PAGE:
What happened when Grazia sat down with the Fresh Prince of Saudi?

We met with plant-based Prince Khaled bin Alwaleed of Saudi Arabia to discuss women’s progression in KSA and his plans for using veganism and fitness to improve health across the Middle East
What happened when Grazia sat down with the Fresh Prince of Saudi?

It’s not every day we’re invited to sit down with a prince of Saudi Arabia to discuss gender and environmental issues. HRH Prince Khaled is determined to leave a cleaner, greener mark on the planet by promoting veganism as a way of life – and Grazia is keen to learn more.

Raised in a palace in Riyadh, the prince’s concerns about his health and the environment later led him to embrace a vegan lifestyle. “It was the best thing I ever did,” he assures us. Today, Prince Khaled, 38, has invested in the first vegan restaurant in Bahrain and plans to open at least eight more in the region. Also on his agenda is opening an interactive wildlife centre for people to learn about the importance of preserving natural habitats. Impressive.

Here, Grazia chats to the self-proclaimed geek and animal lover – who oozes positivity, hope and passion when he speaks – about his love of CrossFit, his daughters and his hopes for the women of Saudi Arabia. Pretty aspirational stuff from the Fresh Prince of Saudi, right?

What was the reaction to you becoming a practising vegan back in 2009?
I basically encountered shock across the board. The natural reaction of anyone when you take on a plant-based diet is surprise, as the traditional route of getting ‘healthy’ is to jump on the latest silly, fad diet. 

What did your family think of your lifestyle change?
My daughters were curious as to why daddy didn’t eat meat anymore. I explained, “We don’t eat our friends”. When I gave them options like Tofurky they understood they could still enjoy flavours without cruelty. This summer, I plan on taking them to an animal sanctuary so I can increase their feelings of empathy and compassion.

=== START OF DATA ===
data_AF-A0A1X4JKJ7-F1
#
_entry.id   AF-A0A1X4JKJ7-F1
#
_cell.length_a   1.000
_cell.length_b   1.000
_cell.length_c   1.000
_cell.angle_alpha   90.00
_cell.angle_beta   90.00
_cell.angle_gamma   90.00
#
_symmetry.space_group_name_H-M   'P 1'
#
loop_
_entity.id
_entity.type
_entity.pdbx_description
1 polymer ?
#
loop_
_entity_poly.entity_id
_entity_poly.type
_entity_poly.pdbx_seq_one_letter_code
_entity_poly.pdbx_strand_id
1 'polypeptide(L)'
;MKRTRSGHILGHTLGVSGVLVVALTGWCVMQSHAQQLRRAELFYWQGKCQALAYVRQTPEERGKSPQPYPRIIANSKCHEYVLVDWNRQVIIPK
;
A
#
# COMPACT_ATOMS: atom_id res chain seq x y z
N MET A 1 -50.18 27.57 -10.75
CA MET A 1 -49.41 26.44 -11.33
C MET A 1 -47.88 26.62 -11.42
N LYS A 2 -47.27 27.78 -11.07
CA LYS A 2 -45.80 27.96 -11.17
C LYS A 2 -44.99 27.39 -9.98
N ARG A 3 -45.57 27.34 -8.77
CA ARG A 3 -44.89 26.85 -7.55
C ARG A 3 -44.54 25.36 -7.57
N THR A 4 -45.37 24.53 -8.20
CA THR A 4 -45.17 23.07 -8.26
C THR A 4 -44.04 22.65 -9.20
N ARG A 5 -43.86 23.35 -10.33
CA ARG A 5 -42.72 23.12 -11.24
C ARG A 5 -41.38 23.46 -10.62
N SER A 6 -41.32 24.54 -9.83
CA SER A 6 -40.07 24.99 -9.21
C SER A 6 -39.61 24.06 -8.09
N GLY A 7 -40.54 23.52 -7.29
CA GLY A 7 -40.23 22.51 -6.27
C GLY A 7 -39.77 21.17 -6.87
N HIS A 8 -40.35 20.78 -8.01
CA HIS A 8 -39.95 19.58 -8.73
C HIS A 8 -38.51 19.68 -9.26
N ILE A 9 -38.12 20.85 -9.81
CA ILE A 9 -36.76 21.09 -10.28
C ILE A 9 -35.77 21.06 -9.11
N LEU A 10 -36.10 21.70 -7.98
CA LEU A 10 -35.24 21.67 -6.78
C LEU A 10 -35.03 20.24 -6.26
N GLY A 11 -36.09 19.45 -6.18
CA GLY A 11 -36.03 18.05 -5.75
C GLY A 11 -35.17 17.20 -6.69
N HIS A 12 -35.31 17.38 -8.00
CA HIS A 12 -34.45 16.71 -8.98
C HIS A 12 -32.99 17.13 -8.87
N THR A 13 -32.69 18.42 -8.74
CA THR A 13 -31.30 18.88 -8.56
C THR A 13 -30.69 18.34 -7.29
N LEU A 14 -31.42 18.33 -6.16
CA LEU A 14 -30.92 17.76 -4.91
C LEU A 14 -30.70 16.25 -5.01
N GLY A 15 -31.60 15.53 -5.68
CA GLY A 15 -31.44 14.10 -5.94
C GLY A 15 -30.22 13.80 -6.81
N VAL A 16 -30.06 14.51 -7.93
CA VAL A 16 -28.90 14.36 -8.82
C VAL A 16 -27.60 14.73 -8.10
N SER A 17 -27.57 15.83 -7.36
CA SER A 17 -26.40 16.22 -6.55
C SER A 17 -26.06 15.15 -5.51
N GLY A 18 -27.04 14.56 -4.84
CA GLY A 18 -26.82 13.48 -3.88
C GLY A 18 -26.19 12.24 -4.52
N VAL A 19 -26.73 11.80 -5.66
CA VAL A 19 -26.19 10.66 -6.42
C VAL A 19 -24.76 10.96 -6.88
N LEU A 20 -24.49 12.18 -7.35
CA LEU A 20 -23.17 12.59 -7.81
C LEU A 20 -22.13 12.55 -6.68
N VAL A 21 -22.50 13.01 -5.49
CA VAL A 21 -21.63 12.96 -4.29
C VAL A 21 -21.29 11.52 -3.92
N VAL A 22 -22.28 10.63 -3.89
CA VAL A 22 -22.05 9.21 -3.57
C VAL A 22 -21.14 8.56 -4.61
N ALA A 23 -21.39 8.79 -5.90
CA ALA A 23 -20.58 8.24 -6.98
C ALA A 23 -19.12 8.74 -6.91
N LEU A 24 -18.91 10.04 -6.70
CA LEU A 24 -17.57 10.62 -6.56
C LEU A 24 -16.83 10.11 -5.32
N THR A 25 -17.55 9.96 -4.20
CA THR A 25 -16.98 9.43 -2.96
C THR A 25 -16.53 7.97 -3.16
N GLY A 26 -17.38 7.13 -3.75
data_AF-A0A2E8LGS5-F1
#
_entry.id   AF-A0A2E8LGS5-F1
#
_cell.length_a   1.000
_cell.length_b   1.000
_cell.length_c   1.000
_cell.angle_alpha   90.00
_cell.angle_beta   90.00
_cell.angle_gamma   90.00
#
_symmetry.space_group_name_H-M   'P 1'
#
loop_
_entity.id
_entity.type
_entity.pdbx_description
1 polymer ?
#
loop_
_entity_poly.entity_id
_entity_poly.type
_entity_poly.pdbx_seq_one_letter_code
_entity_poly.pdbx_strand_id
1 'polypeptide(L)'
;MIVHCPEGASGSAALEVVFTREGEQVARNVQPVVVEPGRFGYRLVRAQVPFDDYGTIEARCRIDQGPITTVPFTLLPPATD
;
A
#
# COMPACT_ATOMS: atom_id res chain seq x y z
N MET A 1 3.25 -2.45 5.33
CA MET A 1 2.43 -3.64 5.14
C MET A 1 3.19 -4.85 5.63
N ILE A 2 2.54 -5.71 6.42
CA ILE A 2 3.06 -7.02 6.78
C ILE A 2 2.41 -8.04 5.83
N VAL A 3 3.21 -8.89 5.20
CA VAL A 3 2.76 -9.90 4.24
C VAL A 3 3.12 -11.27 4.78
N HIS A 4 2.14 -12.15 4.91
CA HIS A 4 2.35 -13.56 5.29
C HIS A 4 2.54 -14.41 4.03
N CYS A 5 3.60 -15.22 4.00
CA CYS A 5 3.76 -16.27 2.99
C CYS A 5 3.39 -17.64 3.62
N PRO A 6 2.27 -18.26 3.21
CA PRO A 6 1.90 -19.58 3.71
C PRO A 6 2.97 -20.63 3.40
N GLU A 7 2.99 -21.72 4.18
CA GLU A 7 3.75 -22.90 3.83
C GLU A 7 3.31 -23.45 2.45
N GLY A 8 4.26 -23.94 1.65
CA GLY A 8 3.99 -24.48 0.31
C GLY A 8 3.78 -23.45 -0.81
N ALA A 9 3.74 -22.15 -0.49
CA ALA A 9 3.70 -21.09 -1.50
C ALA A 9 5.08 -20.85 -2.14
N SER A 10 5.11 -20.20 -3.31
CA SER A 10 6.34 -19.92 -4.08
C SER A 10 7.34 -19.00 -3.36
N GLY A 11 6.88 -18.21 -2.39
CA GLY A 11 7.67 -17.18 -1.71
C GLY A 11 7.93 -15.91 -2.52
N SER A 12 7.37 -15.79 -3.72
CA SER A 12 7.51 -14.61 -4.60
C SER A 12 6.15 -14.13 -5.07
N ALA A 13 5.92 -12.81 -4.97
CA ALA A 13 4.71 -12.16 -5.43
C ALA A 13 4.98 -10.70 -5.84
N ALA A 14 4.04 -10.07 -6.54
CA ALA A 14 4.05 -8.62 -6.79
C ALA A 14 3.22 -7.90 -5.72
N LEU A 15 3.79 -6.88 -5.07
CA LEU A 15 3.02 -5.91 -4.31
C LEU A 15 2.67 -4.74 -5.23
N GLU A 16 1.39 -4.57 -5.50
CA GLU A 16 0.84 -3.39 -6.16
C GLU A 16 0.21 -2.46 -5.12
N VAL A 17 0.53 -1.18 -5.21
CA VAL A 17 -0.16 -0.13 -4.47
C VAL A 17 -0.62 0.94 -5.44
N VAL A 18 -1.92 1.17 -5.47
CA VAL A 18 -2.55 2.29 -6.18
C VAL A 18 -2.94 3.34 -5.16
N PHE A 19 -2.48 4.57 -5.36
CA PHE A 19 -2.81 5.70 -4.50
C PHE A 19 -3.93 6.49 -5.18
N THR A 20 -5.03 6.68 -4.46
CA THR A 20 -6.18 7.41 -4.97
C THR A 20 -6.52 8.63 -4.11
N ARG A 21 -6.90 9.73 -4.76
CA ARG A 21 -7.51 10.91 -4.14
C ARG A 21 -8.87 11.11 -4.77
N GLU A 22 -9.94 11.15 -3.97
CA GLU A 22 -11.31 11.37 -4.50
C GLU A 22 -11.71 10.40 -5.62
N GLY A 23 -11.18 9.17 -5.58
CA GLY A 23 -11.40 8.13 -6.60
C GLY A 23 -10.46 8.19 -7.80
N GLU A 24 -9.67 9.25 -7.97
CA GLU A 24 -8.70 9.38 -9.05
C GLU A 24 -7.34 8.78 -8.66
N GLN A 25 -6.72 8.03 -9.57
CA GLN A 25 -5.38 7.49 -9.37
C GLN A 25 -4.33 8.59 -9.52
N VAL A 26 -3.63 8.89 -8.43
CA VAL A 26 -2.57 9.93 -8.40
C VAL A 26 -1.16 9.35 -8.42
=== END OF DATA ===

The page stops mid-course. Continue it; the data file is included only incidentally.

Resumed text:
How has being vegan changed your life?
Aside from getting down to a healthy weight, which was a combination of clean eating and working out, being vegan has increased my mental clarity, sleep quality and stamina.

Grazia is coming over for dinner. What are you cooking? 
I cook a lot, but if I was having you guys over for dinner we’d be at Plant Café, my vegan restaurant in Bahrain. We’d start with pearl barley soup and sharing portions of baba ganoush, vegan caesar salad and vegan sushi. For mains, we would share our signature lasagna and Indian potato and cauliflower curry. For dessert, I’d send you all home with our vegan carrot cake – it’s fantastic.

You’re President of the Saudi Fitness & Wellness Federation (SFWF), how does that tie into your life? 
SFWF is tackling the unacceptable obesity statistics in the Middle East head-on. The Saudi sports population has increased by 23 per cent and our goal is to try and hit 70 per cent by 2030. 

You’ve spoken openly about your desire to combat obesity in Saudi. Why is this so important to you? 
I see a lot of my brothers and sisters, Saudi citizens, sick from chronic diseases that can be prevented by health and fitness. Saudis spend a whopping amount of money treating disease that doesn’t need to exist.

Tell us more about your interest in CrossFit… 
I started CrossFit two years ago. I work out five times a week for an hour, and this time to me is sacred. I always ensure that no matter what, my workouts get done. 
Saudi women are now able to drive. How does this make you feel? 
HRH Prince Mohammad bin Salman publicly said this has been a dark spot of our history, and I’m extremely proud that we’ve moved past this. It was just a matter of time, but activating driving now has made all the difference.

What are your future hopes for Saudi women? 
Hopes are being achieved right now – it’s a beautiful scene to see our women leading in today’s Saudi Arabia. I go to meetings and see many Saudi women hungry for success and dedicated to achievement. 

Tell us a fond memory you have from growing up in KSA…
Every Ramadan we would have a neighbourhood soccer league. It started out as my friends and me, and slowly grew into a bigger league with other neighbourhood kids coming from across KSA to participate. I’ve met some of my closest friends that way. 

Finally, what’s the biggest misconception about the people of Saudi Arabia?  
That we’re not peaceful and loving. We’re the most peaceful and loving culture in the world and practise compassion and forgiveness. The minority of irrational individuals unfortunately often have the loudest bark, but those people don’t speak for Saudi. 

Photos: Supplied, iStock, Instagram @plant_cafe